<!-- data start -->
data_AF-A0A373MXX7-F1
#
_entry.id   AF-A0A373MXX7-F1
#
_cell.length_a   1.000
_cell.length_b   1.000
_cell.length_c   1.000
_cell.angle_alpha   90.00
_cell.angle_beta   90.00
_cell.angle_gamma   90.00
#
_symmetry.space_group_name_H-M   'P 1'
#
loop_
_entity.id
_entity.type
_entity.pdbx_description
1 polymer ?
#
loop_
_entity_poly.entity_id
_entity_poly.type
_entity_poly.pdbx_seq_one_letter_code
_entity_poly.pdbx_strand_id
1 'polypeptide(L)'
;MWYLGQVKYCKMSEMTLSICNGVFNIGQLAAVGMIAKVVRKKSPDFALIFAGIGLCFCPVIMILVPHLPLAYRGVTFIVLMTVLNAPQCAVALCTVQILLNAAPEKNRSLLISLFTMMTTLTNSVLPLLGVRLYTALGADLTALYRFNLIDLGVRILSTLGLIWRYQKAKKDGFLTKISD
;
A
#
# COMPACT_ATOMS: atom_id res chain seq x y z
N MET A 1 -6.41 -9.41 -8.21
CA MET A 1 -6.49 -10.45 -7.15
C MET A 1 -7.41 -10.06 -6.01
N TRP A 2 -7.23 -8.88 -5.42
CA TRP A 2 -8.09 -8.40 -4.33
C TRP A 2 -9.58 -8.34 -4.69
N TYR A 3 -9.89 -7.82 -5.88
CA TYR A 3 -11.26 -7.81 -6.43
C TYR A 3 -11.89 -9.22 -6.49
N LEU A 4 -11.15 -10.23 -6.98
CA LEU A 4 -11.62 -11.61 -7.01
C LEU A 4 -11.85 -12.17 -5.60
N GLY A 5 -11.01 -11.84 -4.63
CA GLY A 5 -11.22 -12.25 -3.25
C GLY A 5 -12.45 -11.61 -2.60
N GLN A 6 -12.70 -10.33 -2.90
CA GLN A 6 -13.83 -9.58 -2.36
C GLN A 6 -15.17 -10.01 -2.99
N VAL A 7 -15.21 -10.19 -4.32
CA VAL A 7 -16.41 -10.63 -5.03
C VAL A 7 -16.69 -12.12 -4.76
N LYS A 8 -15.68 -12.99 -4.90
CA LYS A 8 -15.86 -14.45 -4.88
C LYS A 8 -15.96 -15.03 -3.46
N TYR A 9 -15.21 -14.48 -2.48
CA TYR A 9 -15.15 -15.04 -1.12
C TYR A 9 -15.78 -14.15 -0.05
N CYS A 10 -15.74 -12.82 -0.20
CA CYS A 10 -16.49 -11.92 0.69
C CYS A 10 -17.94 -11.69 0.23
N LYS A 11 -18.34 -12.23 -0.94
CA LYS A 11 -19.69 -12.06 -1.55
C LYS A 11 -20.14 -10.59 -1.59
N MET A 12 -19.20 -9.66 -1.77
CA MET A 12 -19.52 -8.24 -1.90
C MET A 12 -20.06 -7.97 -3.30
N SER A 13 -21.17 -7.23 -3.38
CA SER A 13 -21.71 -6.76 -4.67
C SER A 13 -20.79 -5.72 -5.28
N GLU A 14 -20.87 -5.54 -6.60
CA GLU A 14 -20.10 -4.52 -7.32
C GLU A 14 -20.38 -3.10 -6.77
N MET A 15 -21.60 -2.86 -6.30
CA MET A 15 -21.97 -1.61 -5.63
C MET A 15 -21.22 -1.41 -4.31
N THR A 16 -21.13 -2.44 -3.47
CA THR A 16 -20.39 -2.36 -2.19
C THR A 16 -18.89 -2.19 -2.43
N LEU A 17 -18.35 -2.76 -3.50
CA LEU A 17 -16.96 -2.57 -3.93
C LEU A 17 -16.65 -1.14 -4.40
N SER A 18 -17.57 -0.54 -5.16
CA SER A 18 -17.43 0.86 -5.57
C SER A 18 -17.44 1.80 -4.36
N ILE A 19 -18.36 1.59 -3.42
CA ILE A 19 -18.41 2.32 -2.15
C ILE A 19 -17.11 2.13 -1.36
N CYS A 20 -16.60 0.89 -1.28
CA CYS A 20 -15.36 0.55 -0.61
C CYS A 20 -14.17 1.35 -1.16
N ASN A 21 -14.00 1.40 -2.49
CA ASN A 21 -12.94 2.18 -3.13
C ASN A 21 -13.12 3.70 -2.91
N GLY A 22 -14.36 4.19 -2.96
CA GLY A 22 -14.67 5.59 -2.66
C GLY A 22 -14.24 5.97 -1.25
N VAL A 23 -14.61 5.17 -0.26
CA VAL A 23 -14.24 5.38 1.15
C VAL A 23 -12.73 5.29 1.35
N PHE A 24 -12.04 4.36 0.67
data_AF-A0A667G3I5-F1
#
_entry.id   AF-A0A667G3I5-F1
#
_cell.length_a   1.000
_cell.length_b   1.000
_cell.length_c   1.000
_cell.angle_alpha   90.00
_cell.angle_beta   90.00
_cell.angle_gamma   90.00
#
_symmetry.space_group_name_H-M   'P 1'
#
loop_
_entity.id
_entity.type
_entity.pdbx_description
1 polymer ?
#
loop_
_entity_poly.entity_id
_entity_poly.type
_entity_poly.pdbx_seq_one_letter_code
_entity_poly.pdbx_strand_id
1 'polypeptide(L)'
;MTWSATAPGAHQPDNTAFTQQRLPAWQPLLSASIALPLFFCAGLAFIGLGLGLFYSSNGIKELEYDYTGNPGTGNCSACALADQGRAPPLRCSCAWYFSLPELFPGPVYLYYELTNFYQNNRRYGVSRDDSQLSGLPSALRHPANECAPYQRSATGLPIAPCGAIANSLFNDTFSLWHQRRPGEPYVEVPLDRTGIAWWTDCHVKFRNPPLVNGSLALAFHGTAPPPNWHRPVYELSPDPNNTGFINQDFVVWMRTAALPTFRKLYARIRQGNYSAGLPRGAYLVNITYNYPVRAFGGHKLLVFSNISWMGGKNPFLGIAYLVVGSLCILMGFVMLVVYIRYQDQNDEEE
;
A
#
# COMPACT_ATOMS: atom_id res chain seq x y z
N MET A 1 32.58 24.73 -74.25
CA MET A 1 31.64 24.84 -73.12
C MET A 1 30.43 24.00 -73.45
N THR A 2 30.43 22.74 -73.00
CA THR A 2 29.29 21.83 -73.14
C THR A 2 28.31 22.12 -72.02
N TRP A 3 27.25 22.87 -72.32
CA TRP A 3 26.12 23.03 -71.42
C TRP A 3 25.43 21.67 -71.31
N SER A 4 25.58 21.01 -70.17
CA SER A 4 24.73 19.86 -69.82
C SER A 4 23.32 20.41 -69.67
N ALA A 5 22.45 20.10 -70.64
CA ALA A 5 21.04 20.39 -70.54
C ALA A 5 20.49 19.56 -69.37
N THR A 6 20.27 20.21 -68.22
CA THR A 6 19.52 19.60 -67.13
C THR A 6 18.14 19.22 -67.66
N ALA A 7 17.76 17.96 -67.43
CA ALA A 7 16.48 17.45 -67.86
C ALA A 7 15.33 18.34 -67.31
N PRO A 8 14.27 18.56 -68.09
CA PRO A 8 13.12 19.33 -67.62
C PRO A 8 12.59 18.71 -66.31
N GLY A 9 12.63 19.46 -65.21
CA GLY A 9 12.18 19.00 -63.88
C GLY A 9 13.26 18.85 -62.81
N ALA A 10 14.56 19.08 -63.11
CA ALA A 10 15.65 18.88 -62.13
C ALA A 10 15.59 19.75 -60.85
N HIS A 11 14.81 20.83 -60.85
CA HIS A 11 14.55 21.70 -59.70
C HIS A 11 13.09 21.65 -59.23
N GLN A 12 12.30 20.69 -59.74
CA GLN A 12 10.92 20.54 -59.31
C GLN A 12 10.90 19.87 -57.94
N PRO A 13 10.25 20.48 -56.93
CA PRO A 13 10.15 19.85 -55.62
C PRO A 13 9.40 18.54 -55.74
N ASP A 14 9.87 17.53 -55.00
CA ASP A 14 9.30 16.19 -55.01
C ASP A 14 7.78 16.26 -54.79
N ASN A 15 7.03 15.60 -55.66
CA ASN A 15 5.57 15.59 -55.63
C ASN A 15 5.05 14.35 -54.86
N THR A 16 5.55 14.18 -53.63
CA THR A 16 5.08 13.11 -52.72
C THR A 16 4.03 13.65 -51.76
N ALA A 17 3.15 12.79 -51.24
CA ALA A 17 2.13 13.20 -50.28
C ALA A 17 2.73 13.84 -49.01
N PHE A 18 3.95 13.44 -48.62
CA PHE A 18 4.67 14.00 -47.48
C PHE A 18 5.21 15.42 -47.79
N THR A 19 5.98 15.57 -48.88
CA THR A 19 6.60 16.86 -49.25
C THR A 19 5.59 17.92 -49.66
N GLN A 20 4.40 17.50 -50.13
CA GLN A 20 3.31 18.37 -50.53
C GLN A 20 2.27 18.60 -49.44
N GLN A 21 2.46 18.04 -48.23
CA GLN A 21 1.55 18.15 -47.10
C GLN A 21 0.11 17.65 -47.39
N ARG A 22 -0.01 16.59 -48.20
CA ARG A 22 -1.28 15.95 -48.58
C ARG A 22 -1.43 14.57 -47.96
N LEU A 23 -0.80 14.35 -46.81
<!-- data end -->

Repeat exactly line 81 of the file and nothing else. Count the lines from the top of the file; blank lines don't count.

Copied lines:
C LEU A 17 -16.65 -1.14 -4.40